Sterling Brown soared into the air as Nic Moore’s jump shot descended down toward the rim. He couldn’t have timed his leap any better. The ball bounced off the rim, but Brown was right there to tip it in. SMU had its four-point lead back with three and a half minutes to go, 65-61, and seemed like it was finally pulling away after Houston controlled much of the game thanks to leaky SMU defense and a first half full of offensive rebounds.
Or so everyone thought SMU was pulling away. With three seconds left on the shot clock, Damyean Dotson fired from deep on the right wing for a three-pointer. His shot hit the rim, bounced up, and dropped perfectly through the cylinder with three minutes left. Back to a one-point game. Enter renewed nervousness and a little doubt, even from SMU head coach Larry Brown.
“When we got back in the game and looked like we had a chance to take control and Dotson hits the front of the rim, it goes way up and comes back down and in, maybe this is not our night,” Brown said.
Perhaps the most frustrating part of sports is doing something right and still losing. Aaron Harrison’s three consecutive game-winning three-pointers for Kentucky in the 2014 NCAA tournament are prime examples. In the third such game, against Wisconsin in the Final Four, Badgers guard Josh Gasser stood inches away from Harrison on the perimeter with a hand in his face. Harrison, who shot a marginally above-average 35 percent from three that year, obliged and drilled it. Sometimes, good offense beats good defense. Coming up on the short end of that is frustrating.
The first 36 minutes of Tuesday night’s game were similar. Houston answered seemingly every SMU basket, often by way of a contested, low-percentage shot. Dotson’s was the epitome. Some players may let the frustration take over, make silly mistakes and lose the game because of them. Instead, SMU scored right after Dotson’s rim-aided three and never let Houston within one point again, coming away with a 77-73 win.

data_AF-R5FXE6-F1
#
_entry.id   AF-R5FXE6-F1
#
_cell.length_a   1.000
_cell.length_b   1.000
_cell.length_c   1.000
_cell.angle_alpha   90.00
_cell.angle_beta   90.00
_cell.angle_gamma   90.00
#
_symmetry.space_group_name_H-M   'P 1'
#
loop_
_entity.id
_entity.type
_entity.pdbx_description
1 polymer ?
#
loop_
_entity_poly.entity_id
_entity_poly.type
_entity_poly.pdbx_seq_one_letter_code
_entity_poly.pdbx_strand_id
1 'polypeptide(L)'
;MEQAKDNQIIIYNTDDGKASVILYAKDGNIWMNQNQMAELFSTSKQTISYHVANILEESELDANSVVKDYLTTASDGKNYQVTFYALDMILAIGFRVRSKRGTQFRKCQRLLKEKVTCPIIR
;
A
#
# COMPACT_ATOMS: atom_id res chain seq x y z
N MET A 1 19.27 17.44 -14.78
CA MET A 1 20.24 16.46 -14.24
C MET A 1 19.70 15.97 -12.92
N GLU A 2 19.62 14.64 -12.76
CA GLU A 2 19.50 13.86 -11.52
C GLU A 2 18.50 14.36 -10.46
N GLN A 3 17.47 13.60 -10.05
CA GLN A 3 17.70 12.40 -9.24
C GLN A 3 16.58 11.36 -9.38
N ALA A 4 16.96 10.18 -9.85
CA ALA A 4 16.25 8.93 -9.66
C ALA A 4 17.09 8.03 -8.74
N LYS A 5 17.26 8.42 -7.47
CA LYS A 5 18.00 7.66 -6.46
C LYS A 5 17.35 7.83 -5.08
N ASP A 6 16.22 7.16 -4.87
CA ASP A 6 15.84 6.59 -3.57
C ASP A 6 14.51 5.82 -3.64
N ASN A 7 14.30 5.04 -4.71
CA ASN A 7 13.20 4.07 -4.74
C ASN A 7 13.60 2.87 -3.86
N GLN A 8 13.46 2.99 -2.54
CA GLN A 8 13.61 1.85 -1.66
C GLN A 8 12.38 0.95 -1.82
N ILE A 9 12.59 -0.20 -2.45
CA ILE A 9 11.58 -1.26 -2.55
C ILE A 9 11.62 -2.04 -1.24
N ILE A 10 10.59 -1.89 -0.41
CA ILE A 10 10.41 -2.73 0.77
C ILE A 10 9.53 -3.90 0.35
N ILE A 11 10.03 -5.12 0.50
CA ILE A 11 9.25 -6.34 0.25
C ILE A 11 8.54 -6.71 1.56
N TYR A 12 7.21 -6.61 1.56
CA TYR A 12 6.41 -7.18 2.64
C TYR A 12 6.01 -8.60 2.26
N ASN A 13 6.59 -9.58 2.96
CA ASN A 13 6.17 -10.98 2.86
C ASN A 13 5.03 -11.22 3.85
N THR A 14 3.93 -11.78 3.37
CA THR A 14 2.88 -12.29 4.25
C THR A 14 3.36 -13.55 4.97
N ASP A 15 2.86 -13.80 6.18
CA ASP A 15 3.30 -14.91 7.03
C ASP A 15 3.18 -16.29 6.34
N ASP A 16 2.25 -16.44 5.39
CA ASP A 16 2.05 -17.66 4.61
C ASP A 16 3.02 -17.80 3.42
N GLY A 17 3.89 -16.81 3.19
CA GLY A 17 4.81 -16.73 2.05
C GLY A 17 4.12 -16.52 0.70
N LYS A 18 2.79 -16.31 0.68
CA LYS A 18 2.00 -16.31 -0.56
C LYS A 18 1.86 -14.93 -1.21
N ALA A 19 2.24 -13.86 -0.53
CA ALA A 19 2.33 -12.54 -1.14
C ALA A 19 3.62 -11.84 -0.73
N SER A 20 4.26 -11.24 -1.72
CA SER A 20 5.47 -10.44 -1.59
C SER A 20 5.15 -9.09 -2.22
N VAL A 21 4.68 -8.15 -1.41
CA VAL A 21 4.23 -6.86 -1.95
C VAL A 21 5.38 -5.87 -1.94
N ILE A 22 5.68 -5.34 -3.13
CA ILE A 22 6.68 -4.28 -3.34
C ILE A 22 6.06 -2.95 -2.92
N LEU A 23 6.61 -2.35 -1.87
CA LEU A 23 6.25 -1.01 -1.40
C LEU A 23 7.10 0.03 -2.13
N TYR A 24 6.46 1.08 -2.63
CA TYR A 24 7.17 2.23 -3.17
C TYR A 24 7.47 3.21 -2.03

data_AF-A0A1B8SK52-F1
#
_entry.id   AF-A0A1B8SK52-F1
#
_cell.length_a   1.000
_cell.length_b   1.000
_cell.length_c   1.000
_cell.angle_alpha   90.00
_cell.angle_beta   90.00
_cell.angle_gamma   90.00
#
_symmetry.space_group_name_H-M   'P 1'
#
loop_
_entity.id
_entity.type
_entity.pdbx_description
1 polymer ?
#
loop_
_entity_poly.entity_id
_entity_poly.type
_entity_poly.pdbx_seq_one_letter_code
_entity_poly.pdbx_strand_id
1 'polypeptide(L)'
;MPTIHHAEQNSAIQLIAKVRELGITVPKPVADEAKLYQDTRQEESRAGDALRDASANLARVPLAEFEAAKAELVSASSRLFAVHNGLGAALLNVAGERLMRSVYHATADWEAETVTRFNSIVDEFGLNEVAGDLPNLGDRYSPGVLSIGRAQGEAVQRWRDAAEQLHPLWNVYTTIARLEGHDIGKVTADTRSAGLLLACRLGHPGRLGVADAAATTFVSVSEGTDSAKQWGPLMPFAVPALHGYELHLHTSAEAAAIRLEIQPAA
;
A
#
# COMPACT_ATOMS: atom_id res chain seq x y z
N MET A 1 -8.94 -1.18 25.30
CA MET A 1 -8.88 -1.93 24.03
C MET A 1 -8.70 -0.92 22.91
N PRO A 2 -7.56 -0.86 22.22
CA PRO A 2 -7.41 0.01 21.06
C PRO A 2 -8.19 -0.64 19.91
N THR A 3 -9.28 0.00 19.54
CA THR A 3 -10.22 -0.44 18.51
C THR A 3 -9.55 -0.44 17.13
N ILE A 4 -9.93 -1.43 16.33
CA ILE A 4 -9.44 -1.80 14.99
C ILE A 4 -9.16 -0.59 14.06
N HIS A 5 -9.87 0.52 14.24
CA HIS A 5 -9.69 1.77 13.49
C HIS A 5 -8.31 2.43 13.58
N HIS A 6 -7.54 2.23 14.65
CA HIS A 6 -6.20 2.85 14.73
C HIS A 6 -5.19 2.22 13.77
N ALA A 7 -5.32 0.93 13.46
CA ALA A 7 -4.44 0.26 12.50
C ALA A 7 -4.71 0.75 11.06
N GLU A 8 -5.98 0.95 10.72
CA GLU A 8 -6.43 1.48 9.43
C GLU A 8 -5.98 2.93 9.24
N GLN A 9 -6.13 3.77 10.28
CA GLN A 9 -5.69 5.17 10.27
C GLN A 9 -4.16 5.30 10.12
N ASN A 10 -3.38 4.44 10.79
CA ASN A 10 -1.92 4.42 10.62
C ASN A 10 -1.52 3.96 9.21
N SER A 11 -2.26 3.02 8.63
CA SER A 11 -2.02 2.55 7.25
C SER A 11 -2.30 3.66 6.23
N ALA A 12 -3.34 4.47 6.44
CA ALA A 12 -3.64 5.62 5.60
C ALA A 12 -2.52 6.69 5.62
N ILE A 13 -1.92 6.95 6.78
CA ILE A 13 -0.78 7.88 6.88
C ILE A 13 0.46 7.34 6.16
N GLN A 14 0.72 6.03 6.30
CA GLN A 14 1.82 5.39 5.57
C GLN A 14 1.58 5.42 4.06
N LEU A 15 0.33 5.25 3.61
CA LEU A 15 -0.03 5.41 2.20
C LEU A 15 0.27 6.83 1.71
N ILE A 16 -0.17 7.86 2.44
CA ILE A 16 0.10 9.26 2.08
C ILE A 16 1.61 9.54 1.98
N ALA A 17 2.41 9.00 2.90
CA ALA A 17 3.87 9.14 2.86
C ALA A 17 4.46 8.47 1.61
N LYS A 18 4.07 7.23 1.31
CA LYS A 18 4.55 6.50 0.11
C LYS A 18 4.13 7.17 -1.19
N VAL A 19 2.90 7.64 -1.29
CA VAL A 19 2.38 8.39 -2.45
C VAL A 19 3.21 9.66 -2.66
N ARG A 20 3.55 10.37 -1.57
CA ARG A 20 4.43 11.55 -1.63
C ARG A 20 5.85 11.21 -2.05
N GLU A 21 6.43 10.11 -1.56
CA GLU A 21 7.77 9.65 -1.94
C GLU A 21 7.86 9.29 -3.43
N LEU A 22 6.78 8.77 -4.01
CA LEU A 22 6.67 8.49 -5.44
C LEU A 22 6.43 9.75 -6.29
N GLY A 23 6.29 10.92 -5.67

“It sucks when they’re hitting crazy shots with hands in their face off the glass; that’s the times when it’s really tough to fight through,” SMU forward Markus Kennedy said. “But it’s games when you battle and are in a dogfight, those are the fun ones. Especially when you come out on top.”
SMU had to fight through it all game. The Mustangs thinned an early eight-point deficit to four, only to see it go back to seven points. They closed the half on a 6-0 run that tied the game at 34, which Brown admitted was a shocking score given his team’s sloppy first-half defense. They already faced a lot of pressure as the nation’s last undefeated team, but the pressured mounted after an uncharacteristic half against a team with one top-100 KenPom win. SMU doesn’t want anything to do with that pressure or frustration.
“At halftime, Nic (Moore) was telling our team, ‘let’s enjoy this,’” Coach Brown said. “Pressure happened when we got an (NCAA) ruling. There’s no pressure now. Now is the time just to have fun and play hard for our seniors.”
Fun seems like an arbitrary term in college sports, a gigantic and popular industry filled with pressure. But fun is at the center of being good, of winning, of prevailing in a dogfight and of fighting off frustration. Still, it seems surprising that fun was the halftime message for a team that played a lackluster half of basketball and had to keep dealing with Houston hitting contested or momentum-zapping shots. Winning, especially when coming from behind, is difficult and requires good execution. However, for SMU, the root of it really is having fun. This is not a surprise considering that Brown’s emphasis on fun is nothing new and that SMU genuinely looks like it has fun winning close games in the past.
“If you’re a competitor, you enjoy moments like that,” Brown said. “Coach (Dean) Smith used to write this on the board, and I’ve done it ever since I’ve been coaching: ‘Play Hard. Play Together. Play Smart. Have Fun.’”
Well, a little basketball strategy is part of his former college coach’s saying too, which sounds like just about the opposite of frustration or pressure.
“I asked him one time when I was a young coach, ‘Do you mind if I also said: It’d be nice if we defended and rebounded?’”